A basic rule of creative writing is to show the reader (listener) what you see or feel, as opposed to telling them. Applying the tools of creative writing can make a song far more compelling, because it allows for freer interpretation on the part of the listener. Tools like metaphor and personification, symbolism and imagery require the listener to make mental connections and to draw from their own experience.
I believe songwriting is about tapping into the creative unconscious. But if you have an understanding of the tools of poetry, those tools are more likely to bubble to the surface when you need them. In the words of Joyce Anue, one of my favorite yoga teachers, "chance favors a prepared mind."
The definitions and devices listed here can be used as exercises -- a process that can be helpful if you are blocked. Pick one and go. These explanations are based on my personal observations. It is by no means a comprehensive list.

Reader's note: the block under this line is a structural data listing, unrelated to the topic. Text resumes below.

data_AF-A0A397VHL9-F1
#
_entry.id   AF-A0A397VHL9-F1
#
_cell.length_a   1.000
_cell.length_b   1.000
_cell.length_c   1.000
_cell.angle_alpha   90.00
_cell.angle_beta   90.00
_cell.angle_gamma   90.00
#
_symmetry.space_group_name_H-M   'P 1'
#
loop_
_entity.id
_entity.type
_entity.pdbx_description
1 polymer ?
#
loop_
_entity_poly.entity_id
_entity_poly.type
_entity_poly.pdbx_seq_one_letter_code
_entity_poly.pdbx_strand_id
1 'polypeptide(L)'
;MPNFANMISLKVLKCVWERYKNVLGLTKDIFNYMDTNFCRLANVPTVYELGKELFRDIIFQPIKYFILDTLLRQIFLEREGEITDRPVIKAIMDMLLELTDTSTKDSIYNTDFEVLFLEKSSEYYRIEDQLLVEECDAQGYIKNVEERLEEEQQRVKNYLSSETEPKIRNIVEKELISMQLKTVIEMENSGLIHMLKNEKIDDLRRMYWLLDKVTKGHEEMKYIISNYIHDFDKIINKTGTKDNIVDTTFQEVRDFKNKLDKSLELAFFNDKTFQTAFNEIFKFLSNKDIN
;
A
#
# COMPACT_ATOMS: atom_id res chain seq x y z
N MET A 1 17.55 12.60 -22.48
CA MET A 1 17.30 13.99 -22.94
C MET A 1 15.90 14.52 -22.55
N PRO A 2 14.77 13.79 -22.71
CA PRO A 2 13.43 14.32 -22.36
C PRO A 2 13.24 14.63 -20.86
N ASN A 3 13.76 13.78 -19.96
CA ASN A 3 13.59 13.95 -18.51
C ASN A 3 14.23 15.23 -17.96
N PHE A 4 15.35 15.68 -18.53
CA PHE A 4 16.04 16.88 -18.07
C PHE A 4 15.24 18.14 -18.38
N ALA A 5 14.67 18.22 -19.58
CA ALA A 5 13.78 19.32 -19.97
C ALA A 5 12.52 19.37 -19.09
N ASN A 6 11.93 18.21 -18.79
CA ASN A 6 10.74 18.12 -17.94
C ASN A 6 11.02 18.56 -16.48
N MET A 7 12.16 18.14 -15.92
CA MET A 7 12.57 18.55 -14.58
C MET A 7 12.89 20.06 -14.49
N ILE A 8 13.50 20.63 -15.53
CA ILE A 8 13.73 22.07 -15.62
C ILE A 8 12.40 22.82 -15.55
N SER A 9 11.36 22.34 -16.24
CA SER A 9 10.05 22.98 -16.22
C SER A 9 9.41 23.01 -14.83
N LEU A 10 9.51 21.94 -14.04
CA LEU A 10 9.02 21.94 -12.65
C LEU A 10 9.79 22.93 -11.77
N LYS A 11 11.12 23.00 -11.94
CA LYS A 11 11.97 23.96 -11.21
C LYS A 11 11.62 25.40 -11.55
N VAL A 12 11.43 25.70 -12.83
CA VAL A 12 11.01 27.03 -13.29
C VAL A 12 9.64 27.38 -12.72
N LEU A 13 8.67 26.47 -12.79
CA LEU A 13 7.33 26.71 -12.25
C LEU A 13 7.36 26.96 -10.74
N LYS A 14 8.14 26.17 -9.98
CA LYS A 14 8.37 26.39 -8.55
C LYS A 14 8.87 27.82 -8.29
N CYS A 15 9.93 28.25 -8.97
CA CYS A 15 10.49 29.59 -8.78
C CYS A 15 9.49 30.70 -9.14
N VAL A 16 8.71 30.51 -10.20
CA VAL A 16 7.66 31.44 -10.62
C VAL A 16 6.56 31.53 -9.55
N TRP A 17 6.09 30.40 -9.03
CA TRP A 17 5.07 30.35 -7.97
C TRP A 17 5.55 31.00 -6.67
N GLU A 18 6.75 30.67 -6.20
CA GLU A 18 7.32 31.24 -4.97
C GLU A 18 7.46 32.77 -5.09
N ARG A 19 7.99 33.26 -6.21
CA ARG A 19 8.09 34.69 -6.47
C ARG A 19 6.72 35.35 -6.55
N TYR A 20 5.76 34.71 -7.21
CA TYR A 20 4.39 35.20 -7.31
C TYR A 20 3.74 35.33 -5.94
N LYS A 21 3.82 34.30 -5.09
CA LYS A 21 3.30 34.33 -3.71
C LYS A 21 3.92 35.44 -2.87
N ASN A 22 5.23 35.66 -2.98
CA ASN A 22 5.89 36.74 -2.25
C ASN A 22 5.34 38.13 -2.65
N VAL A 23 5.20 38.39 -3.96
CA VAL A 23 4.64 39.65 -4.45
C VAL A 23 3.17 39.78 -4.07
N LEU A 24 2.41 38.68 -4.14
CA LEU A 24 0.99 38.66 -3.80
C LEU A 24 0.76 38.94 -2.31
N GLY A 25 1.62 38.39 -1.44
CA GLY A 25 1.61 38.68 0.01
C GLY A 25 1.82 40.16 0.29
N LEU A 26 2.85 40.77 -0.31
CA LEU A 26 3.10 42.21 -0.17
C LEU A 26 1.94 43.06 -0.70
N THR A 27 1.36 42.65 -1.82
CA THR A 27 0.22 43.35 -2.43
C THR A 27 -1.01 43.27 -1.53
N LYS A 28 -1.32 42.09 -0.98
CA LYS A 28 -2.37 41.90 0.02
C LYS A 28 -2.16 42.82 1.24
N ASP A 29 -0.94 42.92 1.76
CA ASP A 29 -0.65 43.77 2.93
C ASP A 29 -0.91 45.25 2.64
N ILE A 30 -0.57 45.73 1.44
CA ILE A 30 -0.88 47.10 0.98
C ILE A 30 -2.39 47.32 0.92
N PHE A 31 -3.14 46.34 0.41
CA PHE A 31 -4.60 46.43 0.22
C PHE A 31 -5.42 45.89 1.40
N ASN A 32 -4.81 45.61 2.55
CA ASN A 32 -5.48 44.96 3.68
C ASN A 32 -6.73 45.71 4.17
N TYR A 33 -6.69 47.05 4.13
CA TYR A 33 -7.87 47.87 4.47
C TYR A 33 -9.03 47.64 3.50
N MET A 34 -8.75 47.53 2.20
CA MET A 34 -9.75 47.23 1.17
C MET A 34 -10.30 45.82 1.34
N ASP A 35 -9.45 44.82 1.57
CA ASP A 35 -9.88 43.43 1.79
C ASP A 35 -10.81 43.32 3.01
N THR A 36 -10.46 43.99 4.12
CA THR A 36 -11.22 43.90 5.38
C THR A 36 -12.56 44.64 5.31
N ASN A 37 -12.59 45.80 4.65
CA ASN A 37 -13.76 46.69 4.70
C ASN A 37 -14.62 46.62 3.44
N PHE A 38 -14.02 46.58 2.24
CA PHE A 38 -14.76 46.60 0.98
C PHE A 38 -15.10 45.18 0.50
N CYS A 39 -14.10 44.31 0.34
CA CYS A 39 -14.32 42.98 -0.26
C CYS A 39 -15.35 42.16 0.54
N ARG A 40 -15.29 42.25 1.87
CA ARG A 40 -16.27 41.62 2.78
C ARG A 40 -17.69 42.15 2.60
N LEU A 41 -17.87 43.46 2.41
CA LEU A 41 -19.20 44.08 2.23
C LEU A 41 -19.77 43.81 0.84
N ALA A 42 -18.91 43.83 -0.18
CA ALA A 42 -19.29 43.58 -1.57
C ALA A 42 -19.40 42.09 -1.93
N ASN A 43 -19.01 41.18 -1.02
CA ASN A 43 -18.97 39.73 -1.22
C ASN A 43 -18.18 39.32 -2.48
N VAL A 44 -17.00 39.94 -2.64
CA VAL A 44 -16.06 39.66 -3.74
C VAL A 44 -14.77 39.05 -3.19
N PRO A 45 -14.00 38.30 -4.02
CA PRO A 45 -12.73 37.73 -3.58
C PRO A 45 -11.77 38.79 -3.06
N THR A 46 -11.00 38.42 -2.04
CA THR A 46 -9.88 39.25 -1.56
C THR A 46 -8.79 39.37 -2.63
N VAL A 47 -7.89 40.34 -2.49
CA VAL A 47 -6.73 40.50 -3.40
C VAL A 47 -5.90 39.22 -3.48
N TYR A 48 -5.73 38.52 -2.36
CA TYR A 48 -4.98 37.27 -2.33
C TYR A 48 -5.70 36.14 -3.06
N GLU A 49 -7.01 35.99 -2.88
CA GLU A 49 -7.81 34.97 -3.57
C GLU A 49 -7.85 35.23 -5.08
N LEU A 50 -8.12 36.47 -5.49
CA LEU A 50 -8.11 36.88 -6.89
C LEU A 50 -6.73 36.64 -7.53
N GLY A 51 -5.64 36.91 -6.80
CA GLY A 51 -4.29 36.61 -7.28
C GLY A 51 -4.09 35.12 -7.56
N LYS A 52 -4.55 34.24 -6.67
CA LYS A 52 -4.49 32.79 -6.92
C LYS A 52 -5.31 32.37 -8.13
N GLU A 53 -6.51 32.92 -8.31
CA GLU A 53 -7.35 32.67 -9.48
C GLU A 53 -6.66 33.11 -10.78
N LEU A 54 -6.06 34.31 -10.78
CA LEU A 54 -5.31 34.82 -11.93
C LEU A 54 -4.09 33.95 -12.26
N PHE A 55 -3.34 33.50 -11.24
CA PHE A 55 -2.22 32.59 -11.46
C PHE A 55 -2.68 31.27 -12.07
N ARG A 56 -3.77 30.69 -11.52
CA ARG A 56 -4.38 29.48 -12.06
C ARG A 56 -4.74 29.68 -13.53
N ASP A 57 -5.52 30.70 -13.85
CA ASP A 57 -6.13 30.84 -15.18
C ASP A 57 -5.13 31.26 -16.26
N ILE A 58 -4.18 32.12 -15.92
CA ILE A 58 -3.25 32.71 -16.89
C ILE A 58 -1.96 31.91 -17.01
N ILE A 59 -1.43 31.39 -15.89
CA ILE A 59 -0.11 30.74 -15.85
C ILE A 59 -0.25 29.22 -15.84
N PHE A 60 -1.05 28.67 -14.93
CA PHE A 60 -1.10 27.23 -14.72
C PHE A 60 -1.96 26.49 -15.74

"I would walk all the way from Boulder to Birmingham..." Emmylou Harris and Bill Danoff, Boulder to Birmingham
"I've been from Tucson to Tucumcarie, Tehachapie to Tonapah" Lowell George, Willin'
(Curiously, both these examples involve geographic locations)
"The crazy cries of love" Joni
Cries of Love
"I see my face on the surface. I
look a lot like Narcissus."
Emily Saliers (Indigo Girls), Hammer and a Nail
"He starts to shake and cough just like that old man in that book by Nabokov." Sting, Don't Stand So Close to Me (the book, of course, is Lolita)
"Like a bird on a wire, like a drunk in a midnight choir I have tried in my way to be free." Leonard Cohen, Bird on the Wire